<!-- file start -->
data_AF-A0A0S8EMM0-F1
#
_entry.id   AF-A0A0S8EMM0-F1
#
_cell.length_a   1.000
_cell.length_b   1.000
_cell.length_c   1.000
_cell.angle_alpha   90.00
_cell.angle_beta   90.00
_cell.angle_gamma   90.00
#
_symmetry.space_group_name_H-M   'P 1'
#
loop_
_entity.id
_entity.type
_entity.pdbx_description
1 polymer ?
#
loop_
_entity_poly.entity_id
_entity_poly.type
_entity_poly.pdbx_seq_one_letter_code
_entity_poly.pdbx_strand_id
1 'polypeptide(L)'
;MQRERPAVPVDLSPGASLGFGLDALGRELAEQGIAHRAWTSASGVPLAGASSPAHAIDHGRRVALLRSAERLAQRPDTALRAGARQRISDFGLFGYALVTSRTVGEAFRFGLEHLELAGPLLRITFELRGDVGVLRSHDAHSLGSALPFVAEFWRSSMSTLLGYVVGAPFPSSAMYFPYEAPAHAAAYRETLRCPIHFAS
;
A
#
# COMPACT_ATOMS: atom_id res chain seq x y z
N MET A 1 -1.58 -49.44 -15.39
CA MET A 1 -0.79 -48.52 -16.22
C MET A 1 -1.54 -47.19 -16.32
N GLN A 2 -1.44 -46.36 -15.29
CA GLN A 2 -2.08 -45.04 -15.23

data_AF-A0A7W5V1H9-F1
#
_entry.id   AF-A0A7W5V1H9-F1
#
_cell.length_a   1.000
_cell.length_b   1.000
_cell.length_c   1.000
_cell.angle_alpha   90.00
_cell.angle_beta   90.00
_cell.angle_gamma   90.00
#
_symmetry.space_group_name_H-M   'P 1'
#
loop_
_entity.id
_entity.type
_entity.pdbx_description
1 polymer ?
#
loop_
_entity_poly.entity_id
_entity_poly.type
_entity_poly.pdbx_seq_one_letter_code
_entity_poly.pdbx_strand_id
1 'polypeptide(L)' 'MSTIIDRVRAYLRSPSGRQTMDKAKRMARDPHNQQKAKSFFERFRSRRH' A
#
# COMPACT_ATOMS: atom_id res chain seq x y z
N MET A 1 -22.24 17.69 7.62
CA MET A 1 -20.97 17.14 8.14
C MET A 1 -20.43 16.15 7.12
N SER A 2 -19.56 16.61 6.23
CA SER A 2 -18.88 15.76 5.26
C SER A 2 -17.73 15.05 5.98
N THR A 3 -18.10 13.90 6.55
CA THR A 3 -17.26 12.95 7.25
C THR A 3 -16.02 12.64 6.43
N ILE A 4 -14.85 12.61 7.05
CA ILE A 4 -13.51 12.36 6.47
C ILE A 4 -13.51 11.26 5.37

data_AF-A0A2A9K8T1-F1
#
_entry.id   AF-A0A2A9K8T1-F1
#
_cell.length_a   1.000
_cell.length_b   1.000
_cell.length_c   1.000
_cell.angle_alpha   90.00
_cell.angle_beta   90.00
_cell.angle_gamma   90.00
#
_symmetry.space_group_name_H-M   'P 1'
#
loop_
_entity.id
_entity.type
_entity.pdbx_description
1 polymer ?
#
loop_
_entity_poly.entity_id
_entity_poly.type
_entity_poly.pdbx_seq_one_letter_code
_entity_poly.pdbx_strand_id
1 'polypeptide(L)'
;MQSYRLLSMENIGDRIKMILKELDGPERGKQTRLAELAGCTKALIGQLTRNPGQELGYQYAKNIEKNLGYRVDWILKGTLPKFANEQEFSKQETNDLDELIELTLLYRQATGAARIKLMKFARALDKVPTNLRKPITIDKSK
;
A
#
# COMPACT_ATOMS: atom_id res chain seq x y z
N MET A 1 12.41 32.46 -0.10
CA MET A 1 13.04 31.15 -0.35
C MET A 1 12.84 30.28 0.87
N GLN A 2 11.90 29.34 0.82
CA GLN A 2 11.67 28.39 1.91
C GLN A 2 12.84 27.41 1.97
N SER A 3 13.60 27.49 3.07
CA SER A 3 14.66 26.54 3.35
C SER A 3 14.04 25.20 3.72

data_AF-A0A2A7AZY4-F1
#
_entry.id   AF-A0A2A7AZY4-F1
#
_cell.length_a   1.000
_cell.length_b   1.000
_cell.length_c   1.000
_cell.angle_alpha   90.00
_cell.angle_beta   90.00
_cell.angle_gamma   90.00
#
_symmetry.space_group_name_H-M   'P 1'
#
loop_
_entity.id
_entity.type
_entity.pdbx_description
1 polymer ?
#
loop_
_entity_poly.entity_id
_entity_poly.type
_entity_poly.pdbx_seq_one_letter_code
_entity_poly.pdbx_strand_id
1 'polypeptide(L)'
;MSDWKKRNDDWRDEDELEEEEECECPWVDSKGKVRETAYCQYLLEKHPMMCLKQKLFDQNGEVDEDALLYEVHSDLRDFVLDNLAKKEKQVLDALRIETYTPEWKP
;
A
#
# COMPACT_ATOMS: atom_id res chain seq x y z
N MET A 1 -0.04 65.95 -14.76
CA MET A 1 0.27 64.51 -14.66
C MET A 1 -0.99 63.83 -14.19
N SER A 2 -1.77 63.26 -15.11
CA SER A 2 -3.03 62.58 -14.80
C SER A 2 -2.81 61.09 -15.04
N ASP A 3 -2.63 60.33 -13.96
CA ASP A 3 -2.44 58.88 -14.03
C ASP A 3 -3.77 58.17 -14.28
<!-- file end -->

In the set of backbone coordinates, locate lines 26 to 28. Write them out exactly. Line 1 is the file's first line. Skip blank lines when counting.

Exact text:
;MQRERPAVPVDLSPGASLGFGLDALGRELAEQGIAHRAWTSASGVPLAGASSPAHAIDHGRRVALLRSAERLAQRPDTALRAGARQRISDFGLFGYALVTSRTVGEAFRFGLEHLELAGPLLRITFELRGDVGVLRSHDAHSLGSALPFVAEFWRSSMSTLLGYVVGAPFPSSAMYFPYEAPAHAAAYRETLRCPIHFAS
;
A